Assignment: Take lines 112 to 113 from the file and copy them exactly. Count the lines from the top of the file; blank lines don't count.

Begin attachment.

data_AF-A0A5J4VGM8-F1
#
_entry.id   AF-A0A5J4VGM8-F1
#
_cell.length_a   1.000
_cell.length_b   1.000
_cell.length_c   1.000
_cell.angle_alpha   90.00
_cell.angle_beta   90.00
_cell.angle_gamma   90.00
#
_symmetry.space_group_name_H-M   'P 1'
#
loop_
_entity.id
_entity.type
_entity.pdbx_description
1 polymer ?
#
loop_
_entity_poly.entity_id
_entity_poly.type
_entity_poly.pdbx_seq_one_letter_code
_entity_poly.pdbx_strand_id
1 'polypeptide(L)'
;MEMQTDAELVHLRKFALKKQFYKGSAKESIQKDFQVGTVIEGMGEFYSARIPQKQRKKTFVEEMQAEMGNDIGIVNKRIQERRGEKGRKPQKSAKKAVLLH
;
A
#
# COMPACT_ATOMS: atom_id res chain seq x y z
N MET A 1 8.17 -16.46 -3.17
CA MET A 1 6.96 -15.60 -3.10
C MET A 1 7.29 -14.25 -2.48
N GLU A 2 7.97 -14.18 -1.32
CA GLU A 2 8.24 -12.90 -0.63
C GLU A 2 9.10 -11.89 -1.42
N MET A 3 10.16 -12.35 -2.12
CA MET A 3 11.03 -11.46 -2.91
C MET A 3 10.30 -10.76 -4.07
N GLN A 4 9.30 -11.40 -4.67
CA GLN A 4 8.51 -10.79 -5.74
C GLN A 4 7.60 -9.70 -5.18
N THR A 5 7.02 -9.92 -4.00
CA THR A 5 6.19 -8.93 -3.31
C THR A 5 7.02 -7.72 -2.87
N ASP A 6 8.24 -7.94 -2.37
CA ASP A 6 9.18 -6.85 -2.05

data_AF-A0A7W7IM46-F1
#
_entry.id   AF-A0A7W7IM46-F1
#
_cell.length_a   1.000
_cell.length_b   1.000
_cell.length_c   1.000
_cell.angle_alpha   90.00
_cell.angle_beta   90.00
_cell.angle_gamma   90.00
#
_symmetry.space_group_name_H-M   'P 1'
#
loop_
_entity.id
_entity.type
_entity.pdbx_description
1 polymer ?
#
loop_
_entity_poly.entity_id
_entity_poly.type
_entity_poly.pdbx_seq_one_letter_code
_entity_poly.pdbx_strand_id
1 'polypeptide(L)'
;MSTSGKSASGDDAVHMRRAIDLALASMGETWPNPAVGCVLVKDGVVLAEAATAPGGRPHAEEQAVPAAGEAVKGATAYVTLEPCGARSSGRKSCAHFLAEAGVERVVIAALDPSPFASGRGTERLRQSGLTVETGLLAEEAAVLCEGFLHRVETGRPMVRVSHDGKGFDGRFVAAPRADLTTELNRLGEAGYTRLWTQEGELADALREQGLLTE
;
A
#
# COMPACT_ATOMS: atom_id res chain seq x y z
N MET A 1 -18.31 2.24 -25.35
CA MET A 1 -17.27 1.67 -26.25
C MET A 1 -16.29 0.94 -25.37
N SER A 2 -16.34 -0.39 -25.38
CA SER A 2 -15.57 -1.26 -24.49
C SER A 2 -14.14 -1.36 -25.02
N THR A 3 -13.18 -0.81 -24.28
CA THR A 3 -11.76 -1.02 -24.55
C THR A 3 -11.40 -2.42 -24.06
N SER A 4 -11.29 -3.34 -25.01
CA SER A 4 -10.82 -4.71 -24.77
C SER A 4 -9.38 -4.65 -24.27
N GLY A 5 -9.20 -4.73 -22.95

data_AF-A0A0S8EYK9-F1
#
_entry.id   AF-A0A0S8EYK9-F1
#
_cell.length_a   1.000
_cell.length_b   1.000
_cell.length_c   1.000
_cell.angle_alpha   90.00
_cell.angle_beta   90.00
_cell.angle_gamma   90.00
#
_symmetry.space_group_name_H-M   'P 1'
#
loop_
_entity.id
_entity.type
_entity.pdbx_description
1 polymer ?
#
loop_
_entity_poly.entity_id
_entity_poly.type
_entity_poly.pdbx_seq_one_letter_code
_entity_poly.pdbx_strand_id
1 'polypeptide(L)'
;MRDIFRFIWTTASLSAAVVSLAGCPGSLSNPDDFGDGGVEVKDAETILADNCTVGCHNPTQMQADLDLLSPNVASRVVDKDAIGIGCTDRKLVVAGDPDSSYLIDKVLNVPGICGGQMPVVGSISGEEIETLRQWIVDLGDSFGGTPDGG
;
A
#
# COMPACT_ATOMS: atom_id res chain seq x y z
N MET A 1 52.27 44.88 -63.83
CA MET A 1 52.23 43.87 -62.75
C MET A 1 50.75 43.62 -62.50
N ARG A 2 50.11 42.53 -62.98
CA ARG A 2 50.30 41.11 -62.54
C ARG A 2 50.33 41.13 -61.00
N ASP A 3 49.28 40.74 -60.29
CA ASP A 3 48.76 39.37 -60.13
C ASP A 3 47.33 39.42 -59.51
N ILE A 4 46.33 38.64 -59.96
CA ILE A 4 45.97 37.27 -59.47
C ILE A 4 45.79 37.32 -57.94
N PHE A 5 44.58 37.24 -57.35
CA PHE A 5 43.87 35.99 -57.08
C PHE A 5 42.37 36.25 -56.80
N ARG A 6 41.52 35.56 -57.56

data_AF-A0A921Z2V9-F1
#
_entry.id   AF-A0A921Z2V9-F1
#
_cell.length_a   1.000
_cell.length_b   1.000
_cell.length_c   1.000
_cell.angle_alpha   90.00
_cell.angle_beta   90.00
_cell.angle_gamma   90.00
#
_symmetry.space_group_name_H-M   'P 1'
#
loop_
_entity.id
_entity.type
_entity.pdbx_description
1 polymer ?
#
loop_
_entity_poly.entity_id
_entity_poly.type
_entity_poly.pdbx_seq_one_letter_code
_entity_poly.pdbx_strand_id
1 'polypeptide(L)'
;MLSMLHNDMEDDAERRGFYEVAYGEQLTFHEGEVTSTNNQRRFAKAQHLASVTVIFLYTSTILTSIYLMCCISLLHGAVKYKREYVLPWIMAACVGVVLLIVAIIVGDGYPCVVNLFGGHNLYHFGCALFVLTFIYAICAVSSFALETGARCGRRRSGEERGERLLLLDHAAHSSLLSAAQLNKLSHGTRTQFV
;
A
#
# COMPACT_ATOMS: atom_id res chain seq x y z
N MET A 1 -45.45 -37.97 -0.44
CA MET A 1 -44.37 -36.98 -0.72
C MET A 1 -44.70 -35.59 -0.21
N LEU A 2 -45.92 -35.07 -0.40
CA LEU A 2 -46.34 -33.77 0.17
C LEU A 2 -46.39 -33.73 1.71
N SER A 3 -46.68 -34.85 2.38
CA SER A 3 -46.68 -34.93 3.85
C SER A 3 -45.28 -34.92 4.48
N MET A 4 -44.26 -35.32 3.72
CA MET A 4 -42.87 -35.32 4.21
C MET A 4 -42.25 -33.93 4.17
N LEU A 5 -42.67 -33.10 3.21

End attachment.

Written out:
_entity_poly.type
_entity_poly.pdbx_seq_one_letter_code